And what are you reading, Miss—?” “Oh! It is only a novel!” replies the young lady, while she lays down her book with affected indifference, or momentary shame. “It is only Cecilia, or Camilla, or Belinda”; or, in short, only some work in which the greatest powers of the mind are displayed, in which the most thorough knowledge of human nature, the happiest delineation of its varieties, the liveliest effusions of wit and humour, are conveyed to the world in the best-chosen language.
-- from Jane Austen's defense of the novel in Northanger Abbey
A 1799 book review in The Quarterly Review explains the biggest concern -- impressionable young people are so caught up in sentimental romance, that real life seems tame in comparison: “those romantic visions which throw into a dead gloom the brightest scenes of real life. And yet, “real life is the very thing which novels affect to imitate; and the young and inexperienced will sometimes be too ready to conceive that the picture is true, in those respects at least in which they wish it to be so. Hence both their temper, conduct and happiness may be materially injured."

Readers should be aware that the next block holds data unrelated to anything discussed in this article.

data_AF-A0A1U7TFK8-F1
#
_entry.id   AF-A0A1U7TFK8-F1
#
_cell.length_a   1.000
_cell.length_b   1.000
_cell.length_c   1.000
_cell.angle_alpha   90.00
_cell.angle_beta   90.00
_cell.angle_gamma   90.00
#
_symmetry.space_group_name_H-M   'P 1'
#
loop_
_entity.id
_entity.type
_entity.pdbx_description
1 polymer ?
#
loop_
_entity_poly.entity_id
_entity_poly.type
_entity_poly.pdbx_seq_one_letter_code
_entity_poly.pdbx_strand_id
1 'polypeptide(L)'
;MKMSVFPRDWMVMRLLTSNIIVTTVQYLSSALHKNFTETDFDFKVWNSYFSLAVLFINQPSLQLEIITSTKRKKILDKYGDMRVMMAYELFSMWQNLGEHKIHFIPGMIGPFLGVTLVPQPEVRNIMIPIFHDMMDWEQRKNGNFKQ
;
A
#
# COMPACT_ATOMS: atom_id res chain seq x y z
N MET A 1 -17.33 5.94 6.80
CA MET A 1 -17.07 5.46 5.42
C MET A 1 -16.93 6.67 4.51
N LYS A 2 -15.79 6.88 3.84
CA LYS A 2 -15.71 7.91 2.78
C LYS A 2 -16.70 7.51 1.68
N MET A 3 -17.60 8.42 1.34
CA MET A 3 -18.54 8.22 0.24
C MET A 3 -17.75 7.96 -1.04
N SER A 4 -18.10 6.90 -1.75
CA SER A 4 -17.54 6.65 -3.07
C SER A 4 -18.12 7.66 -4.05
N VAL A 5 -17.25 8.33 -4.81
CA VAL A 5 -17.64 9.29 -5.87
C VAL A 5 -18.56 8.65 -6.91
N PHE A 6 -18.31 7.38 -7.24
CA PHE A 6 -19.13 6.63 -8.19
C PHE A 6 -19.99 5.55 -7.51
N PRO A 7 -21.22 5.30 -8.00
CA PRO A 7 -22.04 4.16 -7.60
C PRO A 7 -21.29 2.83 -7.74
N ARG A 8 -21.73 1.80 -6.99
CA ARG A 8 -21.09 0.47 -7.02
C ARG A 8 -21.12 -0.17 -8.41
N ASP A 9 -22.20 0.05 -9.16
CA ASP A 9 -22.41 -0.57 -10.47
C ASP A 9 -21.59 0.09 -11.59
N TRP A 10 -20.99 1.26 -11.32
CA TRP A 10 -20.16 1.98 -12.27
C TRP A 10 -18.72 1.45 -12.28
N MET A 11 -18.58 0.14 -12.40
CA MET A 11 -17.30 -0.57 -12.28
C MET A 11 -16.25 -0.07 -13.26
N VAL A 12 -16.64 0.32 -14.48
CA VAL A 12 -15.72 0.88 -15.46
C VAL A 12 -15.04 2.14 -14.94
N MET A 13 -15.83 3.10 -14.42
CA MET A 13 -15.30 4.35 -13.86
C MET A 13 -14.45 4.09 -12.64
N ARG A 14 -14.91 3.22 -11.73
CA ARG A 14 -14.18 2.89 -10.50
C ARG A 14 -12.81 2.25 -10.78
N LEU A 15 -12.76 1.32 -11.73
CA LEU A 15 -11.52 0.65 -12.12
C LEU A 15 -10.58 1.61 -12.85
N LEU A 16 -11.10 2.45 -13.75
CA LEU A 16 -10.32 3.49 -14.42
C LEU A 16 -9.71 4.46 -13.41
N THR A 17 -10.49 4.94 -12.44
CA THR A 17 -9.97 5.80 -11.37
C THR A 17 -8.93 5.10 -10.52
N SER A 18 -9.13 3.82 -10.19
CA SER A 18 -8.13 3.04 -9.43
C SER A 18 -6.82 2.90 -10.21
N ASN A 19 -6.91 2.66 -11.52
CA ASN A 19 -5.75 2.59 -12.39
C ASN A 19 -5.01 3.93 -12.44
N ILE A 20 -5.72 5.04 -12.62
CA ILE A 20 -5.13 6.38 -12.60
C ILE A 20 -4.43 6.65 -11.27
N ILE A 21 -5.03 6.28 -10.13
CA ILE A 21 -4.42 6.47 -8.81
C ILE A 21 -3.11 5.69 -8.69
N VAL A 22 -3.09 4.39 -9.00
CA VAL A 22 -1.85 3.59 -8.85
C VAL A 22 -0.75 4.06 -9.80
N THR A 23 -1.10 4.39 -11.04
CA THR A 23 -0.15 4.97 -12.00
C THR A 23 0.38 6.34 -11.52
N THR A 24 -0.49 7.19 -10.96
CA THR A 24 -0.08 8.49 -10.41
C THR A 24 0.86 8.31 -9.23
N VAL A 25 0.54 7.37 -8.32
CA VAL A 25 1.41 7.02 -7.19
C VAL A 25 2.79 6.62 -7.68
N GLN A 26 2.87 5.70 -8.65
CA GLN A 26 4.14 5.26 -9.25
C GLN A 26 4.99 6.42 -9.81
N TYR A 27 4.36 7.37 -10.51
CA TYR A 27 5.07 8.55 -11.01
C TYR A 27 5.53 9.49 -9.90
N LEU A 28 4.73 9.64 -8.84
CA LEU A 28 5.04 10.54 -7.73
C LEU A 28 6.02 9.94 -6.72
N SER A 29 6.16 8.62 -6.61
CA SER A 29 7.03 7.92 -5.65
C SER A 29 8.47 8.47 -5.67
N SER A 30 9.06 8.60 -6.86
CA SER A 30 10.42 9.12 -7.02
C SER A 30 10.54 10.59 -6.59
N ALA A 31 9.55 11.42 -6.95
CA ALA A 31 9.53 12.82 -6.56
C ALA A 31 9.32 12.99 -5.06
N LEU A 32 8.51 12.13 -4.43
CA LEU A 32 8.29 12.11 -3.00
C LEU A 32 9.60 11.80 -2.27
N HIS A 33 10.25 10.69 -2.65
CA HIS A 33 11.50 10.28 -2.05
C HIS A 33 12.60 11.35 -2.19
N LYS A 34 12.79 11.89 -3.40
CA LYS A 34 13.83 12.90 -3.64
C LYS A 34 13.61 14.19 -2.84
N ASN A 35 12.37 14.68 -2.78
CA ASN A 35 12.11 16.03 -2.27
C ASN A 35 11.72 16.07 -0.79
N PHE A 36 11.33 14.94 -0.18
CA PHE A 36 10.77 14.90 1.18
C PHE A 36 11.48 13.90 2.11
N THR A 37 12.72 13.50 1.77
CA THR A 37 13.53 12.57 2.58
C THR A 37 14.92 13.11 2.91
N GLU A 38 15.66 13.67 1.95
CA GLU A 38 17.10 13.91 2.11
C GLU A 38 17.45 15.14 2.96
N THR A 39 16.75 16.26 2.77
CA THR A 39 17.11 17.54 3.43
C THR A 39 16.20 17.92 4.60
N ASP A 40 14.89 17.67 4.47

Real life, even real love, and the realities of married life, are nothing like a sentimental novel. The Quarterly Review warns that novels teach susceptible young ladies to believe that “no sacrifice can be too great for real love; that real love such as subsists, and ever will subsist, between herself and the best of men, is adequate to fill every hour of her existence, and to supply the want of every other gratification, and every other employment.”